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1.  No evidence that protein truncating variants in BRIP1 are associated with breast cancer risk: implications for gene panel testing 
Easton, Douglas F | Lesueur, Fabienne | Decker, Brennan | Michailidou, Kyriaki | Li, Jun | Allen, Jamie | Luccarini, Craig | Pooley, Karen A | Shah, Mitul | Bolla, Manjeet K | Wang, Qin | Dennis, Joe | Ahmad, Jamil | Thompson, Ella R | Damiola, Francesca | Pertesi, Maroulio | Voegele, Catherine | Mebirouk, Noura | Robinot, Nivonirina | Durand, Geoffroy | Forey, Nathalie | Luben, Robert N | Ahmed, Shahana | Aittomäki, Kristiina | Anton-Culver, Hoda | Arndt, Volker | Baynes, Caroline | Beckman, Matthias W | Benitez, Javier | Van Den Berg, David | Blot, William J | Bogdanova, Natalia V | Bojesen, Stig E | Brenner, Hermann | Chang-Claude, Jenny | Chia, Kee Seng | Choi, Ji-Yeob | Conroy, Don M | Cox, Angela | Cross, Simon S | Czene, Kamila | Darabi, Hatef | Devilee, Peter | Eriksson, Mikael | Fasching, Peter A | Figueroa, Jonine | Flyger, Henrik | Fostira, Florentia | García-Closas, Montserrat | Giles, Graham G | Glendon, Gord | González-Neira, Anna | Guénel, Pascal | Haiman, Christopher A | Hall, Per | Hart, Steven N | Hartman, Mikael | Hooning, Maartje J | Hsiung, Chia-Ni | Ito, Hidemi | Jakubowska, Anna | James, Paul A | John, Esther M | Johnson, Nichola | Jones, Michael | Kabisch, Maria | Kang, Daehee | Kosma, Veli-Matti | Kristensen, Vessela | Lambrechts, Diether | Li, Na | Lindblom, Annika | Long, Jirong | Lophatananon, Artitaya | Lubinski, Jan | Mannermaa, Arto | Manoukian, Siranoush | Margolin, Sara | Matsuo, Keitaro | Meindl, Alfons | Mitchell, Gillian | Muir, Kenneth | Nevelsteen, Ines | van den Ouweland, Ans | Peterlongo, Paolo | Phuah, Sze Yee | Pylkäs, Katri | Rowley, Simone M | Sangrajrang, Suleeporn | Schmutzler, Rita K | Shen, Chen-Yang | Shu, Xiao-Ou | Southey, Melissa C | Surowy, Harald | Swerdlow, Anthony | Teo, Soo H | Tollenaar, Rob A E M | Tomlinson, Ian | Torres, Diana | Truong, Thérèse | Vachon, Celine | Verhoef, Senno | Wong-Brown, Michelle | Zheng, Wei | Zheng, Ying | Nevanlinna, Heli | Scott, Rodney J | Andrulis, Irene L | Wu, Anna H | Hopper, John L | Couch, Fergus J | Winqvist, Robert | Burwinkel, Barbara | Sawyer, Elinor J | Schmidt, Marjanka K | Rudolph, Anja | Dörk, Thilo | Brauch, Hiltrud | Hamann, Ute | Neuhausen, Susan L | Milne, Roger L | Fletcher, Olivia | Pharoah, Paul D P | Campbell, Ian G | Dunning, Alison M | Le Calvez-Kelm, Florence | Goldgar, David E | Tavtigian, Sean V | Chenevix-Trench, Georgia
Journal of medical genetics  2016;53(5):298-309.
Background
BRCA1 interacting protein C-terminal helicase 1 (BRIP1) is one of the Fanconi Anaemia Complementation (FANC) group family of DNA repair proteins. Biallelic mutations in BRIP1 are responsible for FANC group J, and previous studies have also suggested that rare protein truncating variants in BRIP1 are associated with an increased risk of breast cancer. These studies have led to inclusion of BRIP1 on targeted sequencing panels for breast cancer risk prediction.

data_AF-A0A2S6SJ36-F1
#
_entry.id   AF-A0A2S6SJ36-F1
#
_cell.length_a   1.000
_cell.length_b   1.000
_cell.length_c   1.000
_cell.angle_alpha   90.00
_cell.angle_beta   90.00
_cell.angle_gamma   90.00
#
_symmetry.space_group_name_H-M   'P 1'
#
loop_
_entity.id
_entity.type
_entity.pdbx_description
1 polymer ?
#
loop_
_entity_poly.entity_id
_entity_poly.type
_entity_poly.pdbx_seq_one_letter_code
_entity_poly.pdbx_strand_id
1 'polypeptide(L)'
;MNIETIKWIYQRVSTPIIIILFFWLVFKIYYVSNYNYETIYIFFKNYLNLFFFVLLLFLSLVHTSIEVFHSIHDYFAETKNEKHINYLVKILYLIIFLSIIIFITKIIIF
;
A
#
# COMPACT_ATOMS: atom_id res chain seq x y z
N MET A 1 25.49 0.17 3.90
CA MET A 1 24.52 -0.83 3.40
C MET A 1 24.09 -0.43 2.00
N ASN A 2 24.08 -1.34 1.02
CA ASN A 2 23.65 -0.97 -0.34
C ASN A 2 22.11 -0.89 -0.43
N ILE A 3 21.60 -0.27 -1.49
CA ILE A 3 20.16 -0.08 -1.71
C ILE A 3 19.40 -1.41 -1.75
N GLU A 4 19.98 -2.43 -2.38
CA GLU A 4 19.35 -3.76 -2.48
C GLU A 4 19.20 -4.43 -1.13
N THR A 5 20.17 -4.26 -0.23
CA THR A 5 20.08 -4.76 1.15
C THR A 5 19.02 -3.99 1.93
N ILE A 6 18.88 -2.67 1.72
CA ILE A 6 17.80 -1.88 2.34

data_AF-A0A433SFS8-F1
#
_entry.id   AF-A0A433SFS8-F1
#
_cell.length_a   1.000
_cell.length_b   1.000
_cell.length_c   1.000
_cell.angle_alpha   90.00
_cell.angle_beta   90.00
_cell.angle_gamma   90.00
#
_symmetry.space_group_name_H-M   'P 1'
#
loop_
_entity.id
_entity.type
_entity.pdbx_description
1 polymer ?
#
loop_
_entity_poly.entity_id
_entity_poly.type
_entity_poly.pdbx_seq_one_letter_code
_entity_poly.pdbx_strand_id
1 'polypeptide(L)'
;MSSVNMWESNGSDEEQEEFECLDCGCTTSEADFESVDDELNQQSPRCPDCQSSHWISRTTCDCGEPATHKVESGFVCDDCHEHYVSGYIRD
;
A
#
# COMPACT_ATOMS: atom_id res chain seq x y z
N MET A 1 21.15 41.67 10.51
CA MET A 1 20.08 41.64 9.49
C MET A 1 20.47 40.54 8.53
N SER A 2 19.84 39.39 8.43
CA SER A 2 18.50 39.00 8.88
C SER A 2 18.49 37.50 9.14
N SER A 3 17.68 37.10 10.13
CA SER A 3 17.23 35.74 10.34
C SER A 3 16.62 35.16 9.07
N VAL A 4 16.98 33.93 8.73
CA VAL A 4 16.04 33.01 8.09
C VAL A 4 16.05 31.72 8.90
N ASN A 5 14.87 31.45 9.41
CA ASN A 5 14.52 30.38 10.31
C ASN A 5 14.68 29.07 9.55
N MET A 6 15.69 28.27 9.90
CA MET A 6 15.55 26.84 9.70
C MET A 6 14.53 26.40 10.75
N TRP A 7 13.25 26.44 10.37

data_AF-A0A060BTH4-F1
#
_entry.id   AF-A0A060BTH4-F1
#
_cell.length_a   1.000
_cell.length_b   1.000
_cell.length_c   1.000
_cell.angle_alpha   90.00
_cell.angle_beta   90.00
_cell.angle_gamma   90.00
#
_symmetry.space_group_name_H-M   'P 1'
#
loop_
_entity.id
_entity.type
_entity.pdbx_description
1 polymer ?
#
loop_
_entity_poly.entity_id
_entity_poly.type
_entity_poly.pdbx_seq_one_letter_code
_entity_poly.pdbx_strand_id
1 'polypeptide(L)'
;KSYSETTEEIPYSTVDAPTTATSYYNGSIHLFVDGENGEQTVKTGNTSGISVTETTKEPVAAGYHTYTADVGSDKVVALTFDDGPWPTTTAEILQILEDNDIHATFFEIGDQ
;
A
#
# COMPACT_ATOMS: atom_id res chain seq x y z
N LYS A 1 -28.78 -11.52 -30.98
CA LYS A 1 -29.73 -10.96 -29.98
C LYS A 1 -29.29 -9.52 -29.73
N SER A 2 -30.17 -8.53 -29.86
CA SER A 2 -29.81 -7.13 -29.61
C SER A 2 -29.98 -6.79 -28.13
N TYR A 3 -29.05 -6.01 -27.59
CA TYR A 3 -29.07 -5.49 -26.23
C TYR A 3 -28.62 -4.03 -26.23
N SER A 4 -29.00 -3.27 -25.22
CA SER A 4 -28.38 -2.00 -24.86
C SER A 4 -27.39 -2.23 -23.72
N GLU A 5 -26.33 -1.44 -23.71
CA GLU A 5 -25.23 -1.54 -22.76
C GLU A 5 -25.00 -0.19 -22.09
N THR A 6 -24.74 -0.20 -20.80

Methods
We evaluated a truncating variant, p.Arg798Ter (rs137852986), and 10 missense variants of BRIP1, in 48 144 cases and 43 607 controls of European origin, drawn from 41 studies participating in the Breast Cancer Association Consortium (BCAC). Additionally, we sequenced the coding regions of BRIP1 in 13 213 cases and 5242 controls from the UK, 1313 cases and 1123 controls from three population-based studies as part of the Breast Cancer Family Registry, and 1853 familial cases and 2001 controls from Australia.
Results
The rare truncating allele of rs137852986 was observed in 23 cases and 18 controls in Europeans in BCAC (OR 1.09, 95% CI 0.58 to 2.03, p=0.79). Truncating variants were found in the sequencing studies in 34 cases (0.21%) and 19 controls (0.23%) (combined OR 0.90, 95% CI 0.48 to 1.70, p=0.75).
Conclusions
These results suggest that truncating variants in BRIP1, and in particular p.Arg798Ter, are not associated with a substantial increase in breast cancer risk. Such observations have important implications for the reporting of results from breast cancer screening panels.
doi:10.1136/jmedgenet-2015-103529
PMCID: PMC4938802  PMID: 26921362
2.  SNP-SNP interaction analysis of NF-κB signaling pathway on breast cancer survival 
Oncotarget  2015;6(35):37979-37994.
In breast cancer, constitutive activation of NF-κB has been reported, however, the impact of genetic variation of the pathway on patient prognosis has been little studied. Furthermore, a combination of genetic variants, rather than single polymorphisms, may affect disease prognosis. Here, in an extensive dataset (n = 30,431) from the Breast Cancer Association Consortium, we investigated the association of 917 SNPs in 75 genes in the NF-κB pathway with breast cancer prognosis. We explored SNP-SNP interactions on survival using the likelihood-ratio test comparing multivariate Cox’ regression models of SNP pairs without and with an interaction term. We found two interacting pairs associating with prognosis: patients simultaneously homozygous for the rare alleles of rs5996080 and rs7973914 had worse survival (HRinteraction 6.98, 95% CI=3.3-14.4, P = 1.42E-07), and patients carrying at least one rare allele for rs17243893 and rs57890595 had better survival (HRinteraction 0.51, 95% CI=0.3-0.6, P = 2.19E-05). Based on in silico functional analyses and literature, we speculate that the rs5996080 and rs7973914 loci may affect the BAFFR and TNFR1/TNFR3 receptors and breast cancer survival, possibly by disturbing both the canonical and non-canonical NF-κB pathways or their dynamics, whereas, rs17243893-rs57890595 interaction on survival may be mediated through TRAF2-TRAIL-R4 interplay. These results warrant further validation and functional analyses.
PMCID: PMC4741978  PMID: 26317411
breast cancer; survival analysis; SNP-SNP interaction; NF-κB pathway
3.  ACE-inhibition, but not weight reduction restores cardiomyocyte response to β-adrenergic stimulation in the metabolic syndrome 
Background